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European Journal of Nutrition

, Volume 58, Issue 2, pp 629–640 | Cite as

The effect of resistant dextrin as a prebiotic on metabolic parameters and androgen level in women with polycystic ovarian syndrome: a randomized, triple-blind, controlled, clinical trial

  • Sevda Gholizadeh Shamasbi
  • Parvin Dehgan
  • Sakineh Mohammad-Alizadeh Charandabi
  • Akbar Aliasgarzadeh
  • Mojgan MirghafourvandEmail author
Original Contribution

Abstract

Introduction

Polycystic ovary syndrome (PCOS) is one of the most common abnormalities in women of reproductive age that can lead to a variety of metabolic and reproductive disorders. Studies reveal that a healthy diet is the most effective way for treating the risk factors associated with metabolic disorders and place greater emphasis on the consumption of prebiotic foods. The present study aims to determine the effect of resistant Dextrin on metabolic parameters, including lipid profile, fasting blood glucose (FBS) and high sensitivity C-reactive protein (hsCRP), and androgen levels, including serum levels of dehydroepiandrosterone sulfate (DHEA-S) and free testosterone, as the primary outcomes, and manifestations of PCOS including menstrual cycle irregularity and hirsutism, as the secondary outcomes.

Methods

This randomized, controlled, triple-blind, clinical trial was conducted on 62 women aged 18–45 in Tabriz, Iran, in 2016–2017. The participants were divided into a prebiotic group and a placebo group using block randomization. The prebiotic group consumed 20 g of resistant dextrin dissolved in a glass of water and the placebo group 20 g of maltodextrin also dissolved in a glass of water on a daily basis for 3 months. To measure the serum lipid profile, FBS, hsCRP, DHEA-S and free testosterone before and 3 months after the intervention, 5-ml blood samples were collected from the participants and analyzed using the ELISA method. The Ferriman–Gallwey scale for assessing hirsutism and a checklist for assessing menstrual cycle characteristics were completed before and 3 months after the intervention. A general linear model was used to analyze the data.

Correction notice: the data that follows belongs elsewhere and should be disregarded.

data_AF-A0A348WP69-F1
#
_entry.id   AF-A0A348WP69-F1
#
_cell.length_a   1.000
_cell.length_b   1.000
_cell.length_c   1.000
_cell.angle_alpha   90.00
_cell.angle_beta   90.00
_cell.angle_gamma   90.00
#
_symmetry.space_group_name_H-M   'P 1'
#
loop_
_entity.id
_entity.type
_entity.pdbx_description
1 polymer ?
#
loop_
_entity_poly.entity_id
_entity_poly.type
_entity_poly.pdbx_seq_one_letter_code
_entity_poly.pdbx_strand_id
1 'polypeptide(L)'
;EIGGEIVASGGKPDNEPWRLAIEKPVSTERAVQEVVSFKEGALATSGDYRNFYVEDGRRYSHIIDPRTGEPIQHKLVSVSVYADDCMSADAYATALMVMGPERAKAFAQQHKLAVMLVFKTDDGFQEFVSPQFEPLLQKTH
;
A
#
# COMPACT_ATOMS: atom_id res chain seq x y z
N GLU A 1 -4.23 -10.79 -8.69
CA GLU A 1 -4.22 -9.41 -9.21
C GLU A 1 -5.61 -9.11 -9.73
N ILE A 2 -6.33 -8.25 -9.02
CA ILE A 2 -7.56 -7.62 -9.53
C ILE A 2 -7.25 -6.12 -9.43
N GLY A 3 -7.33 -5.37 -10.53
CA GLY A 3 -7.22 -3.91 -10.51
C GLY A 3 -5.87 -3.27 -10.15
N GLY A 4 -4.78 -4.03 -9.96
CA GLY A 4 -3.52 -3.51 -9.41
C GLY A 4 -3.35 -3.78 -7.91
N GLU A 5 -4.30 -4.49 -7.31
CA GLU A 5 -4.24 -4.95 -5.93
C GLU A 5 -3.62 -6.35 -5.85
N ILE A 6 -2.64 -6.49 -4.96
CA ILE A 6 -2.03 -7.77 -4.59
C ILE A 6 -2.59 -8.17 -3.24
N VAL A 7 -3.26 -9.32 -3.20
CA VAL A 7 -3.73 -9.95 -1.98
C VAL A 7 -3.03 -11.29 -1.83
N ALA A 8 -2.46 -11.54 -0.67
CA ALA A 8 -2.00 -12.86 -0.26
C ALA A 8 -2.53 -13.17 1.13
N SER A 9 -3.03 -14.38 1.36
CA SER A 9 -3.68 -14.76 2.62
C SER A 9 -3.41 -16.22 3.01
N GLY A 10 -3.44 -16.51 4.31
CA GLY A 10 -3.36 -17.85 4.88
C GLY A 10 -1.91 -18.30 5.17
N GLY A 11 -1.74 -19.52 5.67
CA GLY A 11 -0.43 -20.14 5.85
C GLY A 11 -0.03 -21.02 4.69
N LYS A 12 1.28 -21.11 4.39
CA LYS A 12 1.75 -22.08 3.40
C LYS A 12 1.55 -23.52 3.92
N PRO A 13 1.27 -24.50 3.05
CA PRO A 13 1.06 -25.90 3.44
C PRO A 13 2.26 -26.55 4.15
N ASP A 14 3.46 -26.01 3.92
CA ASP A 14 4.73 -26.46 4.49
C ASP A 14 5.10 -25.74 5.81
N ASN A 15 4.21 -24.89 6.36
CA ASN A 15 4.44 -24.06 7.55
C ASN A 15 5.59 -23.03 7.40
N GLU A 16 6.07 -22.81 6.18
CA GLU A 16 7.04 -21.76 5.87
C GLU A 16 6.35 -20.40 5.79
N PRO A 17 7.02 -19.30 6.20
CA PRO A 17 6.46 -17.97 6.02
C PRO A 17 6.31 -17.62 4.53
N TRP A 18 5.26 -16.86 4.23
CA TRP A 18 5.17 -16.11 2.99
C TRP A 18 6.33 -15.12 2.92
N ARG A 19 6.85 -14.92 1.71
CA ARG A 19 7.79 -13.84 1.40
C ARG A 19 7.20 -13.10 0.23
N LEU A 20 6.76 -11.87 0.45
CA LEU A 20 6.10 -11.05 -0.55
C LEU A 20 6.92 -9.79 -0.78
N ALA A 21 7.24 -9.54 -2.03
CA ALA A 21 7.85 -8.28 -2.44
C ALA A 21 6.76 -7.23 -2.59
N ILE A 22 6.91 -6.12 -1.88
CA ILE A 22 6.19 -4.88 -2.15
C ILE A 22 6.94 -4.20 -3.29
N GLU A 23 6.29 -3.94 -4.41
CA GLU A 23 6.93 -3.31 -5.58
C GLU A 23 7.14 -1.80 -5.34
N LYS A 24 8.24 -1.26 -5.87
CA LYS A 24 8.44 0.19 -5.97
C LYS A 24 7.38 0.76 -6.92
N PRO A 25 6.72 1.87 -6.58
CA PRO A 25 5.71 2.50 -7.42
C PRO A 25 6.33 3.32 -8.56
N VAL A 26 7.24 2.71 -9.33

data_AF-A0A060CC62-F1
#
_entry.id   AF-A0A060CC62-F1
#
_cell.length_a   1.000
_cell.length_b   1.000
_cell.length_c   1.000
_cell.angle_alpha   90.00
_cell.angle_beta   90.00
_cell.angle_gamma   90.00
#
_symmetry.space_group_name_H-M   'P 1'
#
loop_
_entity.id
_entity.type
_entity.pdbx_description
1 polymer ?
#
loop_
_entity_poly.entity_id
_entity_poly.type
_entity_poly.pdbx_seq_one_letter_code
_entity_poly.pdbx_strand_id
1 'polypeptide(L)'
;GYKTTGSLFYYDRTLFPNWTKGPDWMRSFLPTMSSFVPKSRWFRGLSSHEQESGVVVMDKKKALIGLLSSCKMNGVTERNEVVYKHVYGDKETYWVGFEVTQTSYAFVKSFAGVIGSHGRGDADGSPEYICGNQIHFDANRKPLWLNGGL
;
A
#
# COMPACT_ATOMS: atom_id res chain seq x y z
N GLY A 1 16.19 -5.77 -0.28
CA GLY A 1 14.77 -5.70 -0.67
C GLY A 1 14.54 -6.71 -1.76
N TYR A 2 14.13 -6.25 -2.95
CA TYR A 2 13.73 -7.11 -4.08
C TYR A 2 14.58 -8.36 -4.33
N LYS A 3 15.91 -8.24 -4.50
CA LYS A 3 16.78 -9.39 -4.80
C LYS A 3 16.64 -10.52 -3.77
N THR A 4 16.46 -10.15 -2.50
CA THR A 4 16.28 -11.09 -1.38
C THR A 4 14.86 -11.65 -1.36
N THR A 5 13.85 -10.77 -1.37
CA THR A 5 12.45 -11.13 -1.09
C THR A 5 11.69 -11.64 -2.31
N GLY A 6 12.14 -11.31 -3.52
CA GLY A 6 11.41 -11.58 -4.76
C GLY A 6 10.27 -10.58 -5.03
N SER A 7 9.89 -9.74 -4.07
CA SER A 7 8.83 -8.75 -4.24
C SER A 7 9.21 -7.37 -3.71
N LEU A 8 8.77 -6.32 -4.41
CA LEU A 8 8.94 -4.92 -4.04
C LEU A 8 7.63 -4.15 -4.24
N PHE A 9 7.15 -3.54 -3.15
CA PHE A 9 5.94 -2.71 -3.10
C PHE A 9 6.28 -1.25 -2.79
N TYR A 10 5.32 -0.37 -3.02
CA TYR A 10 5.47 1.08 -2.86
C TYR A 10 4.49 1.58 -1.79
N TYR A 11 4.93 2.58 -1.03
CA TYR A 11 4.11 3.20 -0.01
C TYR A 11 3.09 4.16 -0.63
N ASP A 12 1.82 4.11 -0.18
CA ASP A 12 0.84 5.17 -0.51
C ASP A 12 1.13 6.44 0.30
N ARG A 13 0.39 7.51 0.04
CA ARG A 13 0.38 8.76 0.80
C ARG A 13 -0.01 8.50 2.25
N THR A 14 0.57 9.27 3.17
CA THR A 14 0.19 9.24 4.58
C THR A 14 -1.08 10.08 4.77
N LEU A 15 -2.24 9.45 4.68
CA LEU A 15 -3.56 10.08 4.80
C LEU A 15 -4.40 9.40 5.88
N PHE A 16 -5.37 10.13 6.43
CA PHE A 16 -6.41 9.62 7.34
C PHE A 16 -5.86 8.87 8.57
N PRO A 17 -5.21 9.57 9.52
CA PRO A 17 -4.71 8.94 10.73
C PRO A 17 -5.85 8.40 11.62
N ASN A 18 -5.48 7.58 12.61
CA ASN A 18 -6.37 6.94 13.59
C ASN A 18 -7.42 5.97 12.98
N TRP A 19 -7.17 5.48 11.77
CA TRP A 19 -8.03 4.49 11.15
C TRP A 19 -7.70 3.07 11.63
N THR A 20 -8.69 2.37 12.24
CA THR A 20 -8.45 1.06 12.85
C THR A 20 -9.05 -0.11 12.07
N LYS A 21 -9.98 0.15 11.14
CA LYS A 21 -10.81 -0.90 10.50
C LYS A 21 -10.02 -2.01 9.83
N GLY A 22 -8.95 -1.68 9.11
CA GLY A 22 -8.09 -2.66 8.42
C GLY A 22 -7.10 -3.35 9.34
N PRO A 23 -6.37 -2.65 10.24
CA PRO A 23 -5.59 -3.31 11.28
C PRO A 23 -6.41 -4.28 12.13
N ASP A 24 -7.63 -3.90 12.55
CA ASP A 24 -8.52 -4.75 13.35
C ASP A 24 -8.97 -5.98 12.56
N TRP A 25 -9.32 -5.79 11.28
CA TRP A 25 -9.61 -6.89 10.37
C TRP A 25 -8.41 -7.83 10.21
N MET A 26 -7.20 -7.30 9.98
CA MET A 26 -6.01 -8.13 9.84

Results

No statistically significant differences were observed between the two groups in terms of sociodemographic characteristics and baseline values. 3 months after the intervention, based on the ANCOVA and after adjusting for the baseline values, the mean serum levels of LDL-C (adjusted mean difference = − 29.79; 95% CI = − 43.37 to − 16.21; P < 0.001), triglyceride (AMD = − 38.50; 95% CI = − 59.73 to − 17.28; P = 0.001), total cholesterol (AMD = − 29.98; 95% CI = − 40.14 to − 19.82; P < 0.001), FBS (AMD = − 11.24; 95% CI = − 15.43 to − 7.06; P < 0.001), hsCRP (AMD = − 1.75; 95% CI = − 2.92 to − 0.57; P = 0.004), DHEA-S (AMD = − 0.7; 95% CI = − 1.34 to − 0.13; P = 0.017) and free testosterone (AMD = − 0.32; 95% CI = − 0.56 to − 0.08; P = 0.010) revealed a statistically significant decrease in the intervention group compared to the placebo group, while the mean serum HDL-C showed a statistically significant increase in this group compared to the placebo group (AMD = 5.82; 95% CI = 2.27–9.37; P = 0.002). 3 months after the intervention, there was a significant difference between the two groups in terms of menstrual cycle intervals and hirsutism (P < 0.001).